Johann Wolfgang "Hans" Gmoser, 1932-2006

Publication Year: 2007.

Johann Wolfgang “Hans” Gmoser 1932-2006

It is beyond the capability of this aging wordsmith to come up with a simple summary of the eventful and productive life of a brilliant but complex man, who was also a good friend to so many and accomplished so much in the mountains of North America. Hans was born in Braunau am Inn, Austria (the same place where Adolf Hitler had been born a long generation earlier), and moved to Canada in 1951. After a few rocky years, Hans started guiding, following somewhat in the footsteps of his fellow countryman, Conrad Kain, another long generation earlier. In concert with fellow Austrian expatriate, Leo Grillmair, he developed the idea of using helicopters to gain access to the better skiing above timberline. This was the beginning of a whole industry that now features a great number of competitive off-shoots and mountain chalets, while providing gainful employment to hundreds of guides in the mountains of Western Canada.

It was Brookie Dodge, son of the White Mountains’ legendary Joe Dodge, who first brought moneyed American skiers to the Bugaboos, thus giving credence to this novel approach to better skiing. As time went on, Hans found he also needed further employment for his guides and arranged for summer activities, culminating in the 1970s with the formal establishment of heli-hiking, a program that now uses most of the seven Canadian Mountain Holidays backcountry lodges as bases for bringing hundreds of new people to see and enjoy the beauty of alpine regions every summer. To some purists, who may think the world’s mountains are personal property, this process was anathema, but to the many thousands who were thus enabled to appreciate the beauty—and the need for the protection—of the world’s mountains, Hans’s most famous lifework has thus been an enormous service to the cause of mountain protection and conservation.

Besides his work as founder of Canadian Mountain Holidays, Hans led numerous great ascents, from the Yamnuska of the Frontal Rockies to the Wickersham Wall of Denali. He was also one of the very few non-native-borns to be elected to the Order of Canada and honored during his lifetime with honorary membership in the Alpine Club of Canada, the honorary presidency of the Association of Canadian Mountain Guides, and honorary membership in the UIAGM; and—in death—with a full-page obituary in Canada’s national newspaper.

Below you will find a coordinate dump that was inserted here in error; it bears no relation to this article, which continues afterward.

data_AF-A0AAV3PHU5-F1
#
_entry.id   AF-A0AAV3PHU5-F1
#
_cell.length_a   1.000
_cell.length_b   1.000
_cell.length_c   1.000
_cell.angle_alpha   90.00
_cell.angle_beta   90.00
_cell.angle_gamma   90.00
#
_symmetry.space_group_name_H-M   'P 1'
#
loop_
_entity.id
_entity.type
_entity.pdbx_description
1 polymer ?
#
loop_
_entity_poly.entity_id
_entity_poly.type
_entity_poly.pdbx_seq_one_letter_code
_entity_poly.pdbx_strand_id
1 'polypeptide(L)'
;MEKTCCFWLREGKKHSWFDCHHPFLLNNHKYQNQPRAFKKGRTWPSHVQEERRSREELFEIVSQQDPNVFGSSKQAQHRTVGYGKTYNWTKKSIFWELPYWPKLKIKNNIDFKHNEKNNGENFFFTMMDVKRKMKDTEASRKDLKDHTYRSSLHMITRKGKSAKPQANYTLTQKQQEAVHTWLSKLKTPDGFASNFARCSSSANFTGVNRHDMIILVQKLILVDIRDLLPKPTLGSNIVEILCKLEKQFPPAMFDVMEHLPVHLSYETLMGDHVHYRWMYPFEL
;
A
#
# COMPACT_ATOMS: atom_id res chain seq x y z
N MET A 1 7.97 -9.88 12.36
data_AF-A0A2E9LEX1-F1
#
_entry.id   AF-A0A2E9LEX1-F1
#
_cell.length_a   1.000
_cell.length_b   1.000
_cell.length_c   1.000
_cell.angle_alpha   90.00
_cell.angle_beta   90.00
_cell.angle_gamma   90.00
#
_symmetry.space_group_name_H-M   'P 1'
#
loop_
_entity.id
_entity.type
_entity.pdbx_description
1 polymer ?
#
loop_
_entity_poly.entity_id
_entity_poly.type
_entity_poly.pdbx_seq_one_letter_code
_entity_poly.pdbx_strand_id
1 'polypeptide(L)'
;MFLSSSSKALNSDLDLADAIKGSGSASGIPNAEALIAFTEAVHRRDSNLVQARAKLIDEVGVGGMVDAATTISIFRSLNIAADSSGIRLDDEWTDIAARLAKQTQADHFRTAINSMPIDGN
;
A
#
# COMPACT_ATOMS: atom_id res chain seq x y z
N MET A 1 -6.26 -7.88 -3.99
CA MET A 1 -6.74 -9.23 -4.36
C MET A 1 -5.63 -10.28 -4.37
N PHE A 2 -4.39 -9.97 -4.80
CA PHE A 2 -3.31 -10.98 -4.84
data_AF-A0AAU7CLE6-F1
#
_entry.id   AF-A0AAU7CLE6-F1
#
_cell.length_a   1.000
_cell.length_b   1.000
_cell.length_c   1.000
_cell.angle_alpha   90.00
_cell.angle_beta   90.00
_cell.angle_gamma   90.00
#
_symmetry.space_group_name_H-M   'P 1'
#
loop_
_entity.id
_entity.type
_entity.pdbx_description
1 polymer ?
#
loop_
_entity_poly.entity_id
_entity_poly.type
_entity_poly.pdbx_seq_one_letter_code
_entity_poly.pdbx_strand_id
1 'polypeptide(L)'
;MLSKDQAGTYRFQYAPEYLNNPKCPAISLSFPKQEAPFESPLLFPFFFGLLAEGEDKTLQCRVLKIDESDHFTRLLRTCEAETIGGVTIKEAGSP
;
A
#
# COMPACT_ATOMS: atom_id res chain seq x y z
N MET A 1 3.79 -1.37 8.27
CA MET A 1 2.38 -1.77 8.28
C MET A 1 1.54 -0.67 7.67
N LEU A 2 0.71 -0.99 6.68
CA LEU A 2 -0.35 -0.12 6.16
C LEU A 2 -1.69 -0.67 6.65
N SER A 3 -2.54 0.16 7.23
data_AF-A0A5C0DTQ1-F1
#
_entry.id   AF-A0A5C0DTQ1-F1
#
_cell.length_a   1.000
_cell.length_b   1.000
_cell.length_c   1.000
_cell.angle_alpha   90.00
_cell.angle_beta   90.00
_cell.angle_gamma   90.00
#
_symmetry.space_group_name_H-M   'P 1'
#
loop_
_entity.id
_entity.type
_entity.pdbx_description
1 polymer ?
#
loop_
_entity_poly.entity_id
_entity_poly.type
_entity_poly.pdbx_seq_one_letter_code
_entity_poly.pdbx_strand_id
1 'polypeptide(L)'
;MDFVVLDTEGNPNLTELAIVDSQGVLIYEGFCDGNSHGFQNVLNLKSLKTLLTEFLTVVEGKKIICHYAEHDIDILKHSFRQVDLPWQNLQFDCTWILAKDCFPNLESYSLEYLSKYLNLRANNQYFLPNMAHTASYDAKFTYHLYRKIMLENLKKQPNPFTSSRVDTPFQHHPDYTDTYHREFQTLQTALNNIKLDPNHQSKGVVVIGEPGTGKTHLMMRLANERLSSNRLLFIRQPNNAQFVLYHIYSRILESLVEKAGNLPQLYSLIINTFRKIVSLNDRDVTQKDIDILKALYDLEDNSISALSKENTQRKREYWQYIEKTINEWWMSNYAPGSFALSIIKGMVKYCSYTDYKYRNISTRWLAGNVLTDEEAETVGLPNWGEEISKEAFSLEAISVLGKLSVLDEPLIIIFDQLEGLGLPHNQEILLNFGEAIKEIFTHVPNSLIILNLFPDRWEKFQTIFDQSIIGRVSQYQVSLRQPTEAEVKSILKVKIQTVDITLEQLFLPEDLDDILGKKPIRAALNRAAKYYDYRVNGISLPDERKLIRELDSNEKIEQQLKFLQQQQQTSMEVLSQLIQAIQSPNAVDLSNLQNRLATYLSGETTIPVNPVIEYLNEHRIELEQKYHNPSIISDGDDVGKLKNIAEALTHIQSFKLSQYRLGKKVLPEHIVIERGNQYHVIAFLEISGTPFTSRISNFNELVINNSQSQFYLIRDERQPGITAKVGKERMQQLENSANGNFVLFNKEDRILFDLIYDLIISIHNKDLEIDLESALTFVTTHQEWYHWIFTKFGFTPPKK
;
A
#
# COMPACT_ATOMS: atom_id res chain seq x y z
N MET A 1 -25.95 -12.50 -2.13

I first met Hans when he visited Fairy Meadow in 1957 with some friends, who have also now crossed the final divide. It was a difficult introduction for two “Type A” persons, but we both survived it. He then visited us in his promotional travels, and was interviewed on television several times by my wife, Kitty. In due course, I was tabbed as an “arm’s-length” investor to meet a requirement of Canadian revenue rules. This turned out to be the best use of $5,000 I ever made. At about that time, he asked me if I could conjure up a few first ascents that he could offer to summertime clients. So, I did that for 10 years—mostly in the Frontal Ranges of the Canadian Rockies. With various accompanying personages—often malamutes—I would visit the Gmoser home in Harvie Heights, either coming or going to the hills, and was always welcomed, generally with some fine Scotch, which Hans kept around for my pleasure. I sort of grew up with his two boys, Conrad and Robson (the fruit of his marriage in 1966 to Margaret MacGougan), who all visited with me at Battle Abbey (our “home for geriatric alpinists,” which they helped build) on many occasions, in summer and winter.

Hans’s most notable trait was his invariable custom of standing back from the limelight and giving credit to others, some of whom deserved it. Besides all that, Hans Gmoser was the finest gentleman this writer has ever met.

William Lowell Putnam, AAC